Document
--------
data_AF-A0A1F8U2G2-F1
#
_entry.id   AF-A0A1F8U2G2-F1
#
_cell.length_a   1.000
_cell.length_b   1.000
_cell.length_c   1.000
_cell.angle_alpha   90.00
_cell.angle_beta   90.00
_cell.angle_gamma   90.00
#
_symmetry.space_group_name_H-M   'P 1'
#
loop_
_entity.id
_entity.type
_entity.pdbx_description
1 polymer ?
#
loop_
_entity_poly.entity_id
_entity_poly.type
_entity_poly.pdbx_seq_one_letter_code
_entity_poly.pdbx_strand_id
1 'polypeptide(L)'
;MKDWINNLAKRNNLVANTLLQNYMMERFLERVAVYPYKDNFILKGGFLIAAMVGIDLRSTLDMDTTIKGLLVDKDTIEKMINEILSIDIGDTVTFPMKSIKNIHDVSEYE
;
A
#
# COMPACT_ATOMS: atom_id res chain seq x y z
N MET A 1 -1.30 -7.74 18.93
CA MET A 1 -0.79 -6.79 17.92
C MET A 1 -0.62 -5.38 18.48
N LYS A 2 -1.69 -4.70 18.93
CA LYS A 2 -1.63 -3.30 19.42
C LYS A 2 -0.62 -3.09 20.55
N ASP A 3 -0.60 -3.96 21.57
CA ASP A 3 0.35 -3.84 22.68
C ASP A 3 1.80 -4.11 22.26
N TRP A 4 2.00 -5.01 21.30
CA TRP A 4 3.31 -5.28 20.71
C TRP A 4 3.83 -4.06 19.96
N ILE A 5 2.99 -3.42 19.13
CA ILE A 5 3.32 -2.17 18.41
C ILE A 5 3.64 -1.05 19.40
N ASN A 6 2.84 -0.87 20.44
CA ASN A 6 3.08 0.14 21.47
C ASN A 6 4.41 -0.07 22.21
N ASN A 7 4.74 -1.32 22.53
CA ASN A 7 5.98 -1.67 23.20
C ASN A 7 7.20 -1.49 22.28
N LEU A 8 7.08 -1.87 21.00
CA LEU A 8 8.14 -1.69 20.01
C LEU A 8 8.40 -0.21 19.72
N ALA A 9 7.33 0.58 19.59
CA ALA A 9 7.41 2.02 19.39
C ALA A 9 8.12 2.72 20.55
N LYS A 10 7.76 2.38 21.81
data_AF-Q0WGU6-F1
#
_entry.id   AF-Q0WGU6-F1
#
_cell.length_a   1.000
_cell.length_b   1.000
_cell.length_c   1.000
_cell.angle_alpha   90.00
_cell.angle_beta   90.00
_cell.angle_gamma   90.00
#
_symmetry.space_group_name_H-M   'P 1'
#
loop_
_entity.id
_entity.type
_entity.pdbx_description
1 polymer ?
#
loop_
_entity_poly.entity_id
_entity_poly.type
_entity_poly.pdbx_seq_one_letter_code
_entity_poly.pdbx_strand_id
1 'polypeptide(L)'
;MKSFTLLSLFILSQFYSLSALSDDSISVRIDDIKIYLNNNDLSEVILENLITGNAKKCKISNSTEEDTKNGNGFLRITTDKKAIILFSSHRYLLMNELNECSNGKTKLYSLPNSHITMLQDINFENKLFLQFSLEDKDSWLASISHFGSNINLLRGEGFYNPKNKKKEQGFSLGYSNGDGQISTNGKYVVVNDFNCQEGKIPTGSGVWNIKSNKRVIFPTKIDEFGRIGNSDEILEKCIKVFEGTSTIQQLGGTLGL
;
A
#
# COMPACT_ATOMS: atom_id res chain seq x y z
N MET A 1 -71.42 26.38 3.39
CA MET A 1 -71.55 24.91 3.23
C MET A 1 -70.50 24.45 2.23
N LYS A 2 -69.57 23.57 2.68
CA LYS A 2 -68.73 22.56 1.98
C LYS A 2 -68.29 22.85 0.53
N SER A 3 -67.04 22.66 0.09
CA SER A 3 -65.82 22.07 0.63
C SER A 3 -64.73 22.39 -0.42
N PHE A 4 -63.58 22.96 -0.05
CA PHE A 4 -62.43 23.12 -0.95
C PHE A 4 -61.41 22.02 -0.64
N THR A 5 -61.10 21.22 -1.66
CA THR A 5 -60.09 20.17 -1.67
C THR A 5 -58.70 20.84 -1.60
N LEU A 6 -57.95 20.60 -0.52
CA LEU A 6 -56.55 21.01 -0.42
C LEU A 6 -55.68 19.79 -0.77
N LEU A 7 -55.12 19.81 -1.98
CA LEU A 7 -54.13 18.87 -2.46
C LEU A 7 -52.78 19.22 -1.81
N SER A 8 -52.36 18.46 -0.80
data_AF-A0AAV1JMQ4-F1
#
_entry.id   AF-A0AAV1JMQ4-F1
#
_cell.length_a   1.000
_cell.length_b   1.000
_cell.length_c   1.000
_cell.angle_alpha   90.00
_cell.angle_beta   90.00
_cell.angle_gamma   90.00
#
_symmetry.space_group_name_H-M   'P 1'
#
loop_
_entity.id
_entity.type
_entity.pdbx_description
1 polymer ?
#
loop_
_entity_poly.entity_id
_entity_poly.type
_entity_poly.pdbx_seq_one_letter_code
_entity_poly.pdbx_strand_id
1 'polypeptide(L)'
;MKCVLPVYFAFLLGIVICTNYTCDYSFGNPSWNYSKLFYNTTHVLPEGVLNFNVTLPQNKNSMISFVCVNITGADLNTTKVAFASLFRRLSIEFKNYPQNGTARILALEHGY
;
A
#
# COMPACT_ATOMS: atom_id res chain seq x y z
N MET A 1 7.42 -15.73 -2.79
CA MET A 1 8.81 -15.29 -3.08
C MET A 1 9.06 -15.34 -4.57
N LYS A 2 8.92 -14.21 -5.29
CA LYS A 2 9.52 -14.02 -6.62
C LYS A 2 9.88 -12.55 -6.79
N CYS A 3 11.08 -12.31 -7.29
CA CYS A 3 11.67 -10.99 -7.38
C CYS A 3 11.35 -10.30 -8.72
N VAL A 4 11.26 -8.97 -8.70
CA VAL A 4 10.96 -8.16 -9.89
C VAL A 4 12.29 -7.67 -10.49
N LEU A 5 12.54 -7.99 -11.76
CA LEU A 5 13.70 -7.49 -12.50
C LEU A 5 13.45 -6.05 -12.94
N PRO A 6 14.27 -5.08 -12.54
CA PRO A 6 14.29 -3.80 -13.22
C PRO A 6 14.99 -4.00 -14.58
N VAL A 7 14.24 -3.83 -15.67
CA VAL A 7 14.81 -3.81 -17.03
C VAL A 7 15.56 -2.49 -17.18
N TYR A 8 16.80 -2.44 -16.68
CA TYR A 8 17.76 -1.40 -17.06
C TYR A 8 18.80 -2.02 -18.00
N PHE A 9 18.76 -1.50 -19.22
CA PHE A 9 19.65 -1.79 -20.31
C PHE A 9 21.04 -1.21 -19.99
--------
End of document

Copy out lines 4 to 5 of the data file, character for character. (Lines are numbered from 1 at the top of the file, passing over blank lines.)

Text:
#
_cell.length_a   1.000